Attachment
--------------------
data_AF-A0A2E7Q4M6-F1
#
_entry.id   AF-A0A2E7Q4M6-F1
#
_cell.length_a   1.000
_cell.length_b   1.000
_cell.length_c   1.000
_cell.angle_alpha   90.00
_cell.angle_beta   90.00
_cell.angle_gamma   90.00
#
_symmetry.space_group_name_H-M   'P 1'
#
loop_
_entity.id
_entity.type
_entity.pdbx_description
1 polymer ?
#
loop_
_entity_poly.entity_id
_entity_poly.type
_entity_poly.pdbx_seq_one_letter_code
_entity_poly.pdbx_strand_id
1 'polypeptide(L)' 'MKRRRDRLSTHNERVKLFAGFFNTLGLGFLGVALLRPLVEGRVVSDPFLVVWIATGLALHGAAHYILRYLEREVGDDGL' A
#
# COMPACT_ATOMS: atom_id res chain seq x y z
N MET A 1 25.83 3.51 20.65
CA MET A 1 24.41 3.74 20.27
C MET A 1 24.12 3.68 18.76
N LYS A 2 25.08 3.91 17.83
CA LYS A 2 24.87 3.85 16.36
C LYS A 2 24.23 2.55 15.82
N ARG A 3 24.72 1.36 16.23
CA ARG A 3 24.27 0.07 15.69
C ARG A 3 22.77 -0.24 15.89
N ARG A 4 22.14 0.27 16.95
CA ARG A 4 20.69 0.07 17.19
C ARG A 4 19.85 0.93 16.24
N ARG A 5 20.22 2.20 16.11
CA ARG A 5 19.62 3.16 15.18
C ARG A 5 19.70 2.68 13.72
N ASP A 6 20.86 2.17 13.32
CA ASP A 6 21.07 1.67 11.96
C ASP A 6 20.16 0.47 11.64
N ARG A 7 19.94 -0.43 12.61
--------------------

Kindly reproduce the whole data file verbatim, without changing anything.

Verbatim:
data_AF-A0A2E7Q4M6-F1
#
_entry.id   AF-A0A2E7Q4M6-F1
#
_cell.length_a   1.000
_cell.length_b   1.000
_cell.length_c   1.000
_cell.angle_alpha   90.00
_cell.angle_beta   90.00
_cell.angle_gamma   90.00
#
_symmetry.space_group_name_H-M   'P 1'
#
loop_
_entity.id
_entity.type
_entity.pdbx_description
1 polymer ?
#
loop_
_entity_poly.entity_id
_entity_poly.type
_entity_poly.pdbx_seq_one_letter_code
_entity_poly.pdbx_strand_id
1 'polypeptide(L)' 'MKRRRDRLSTHNERVKLFAGFFNTLGLGFLGVALLRPLVEGRVVSDPFLVVWIATGLALHGAAHYILRYLEREVGDDGL' A
#
# COMPACT_ATOMS: atom_id res chain seq x y z
N MET A 1 25.83 3.51 20.65
CA MET A 1 24.41 3.74 20.27
C MET A 1 24.12 3.68 18.76
N LYS A 2 25.08 3.91 17.83
CA LYS A 2 24.87 3.85 16.36
C LYS A 2 24.23 2.55 15.82
N ARG A 3 24.72 1.36 16.23
CA ARG A 3 24.27 0.07 15.69
C ARG A 3 22.77 -0.24 15.89
N ARG A 4 22.14 0.27 16.95
CA ARG A 4 20.69 0.07 17.19
C ARG A 4 19.85 0.93 16.24
N ARG A 5 20.22 2.20 16.11
CA ARG A 5 19.62 3.16 15.18
C ARG A 5 19.70 2.68 13.72
N ASP A 6 20.86 2.17 13.32
CA ASP A 6 21.07 1.67 11.96
C ASP A 6 20.16 0.47 11.64
N ARG A 7 19.94 -0.43 12.61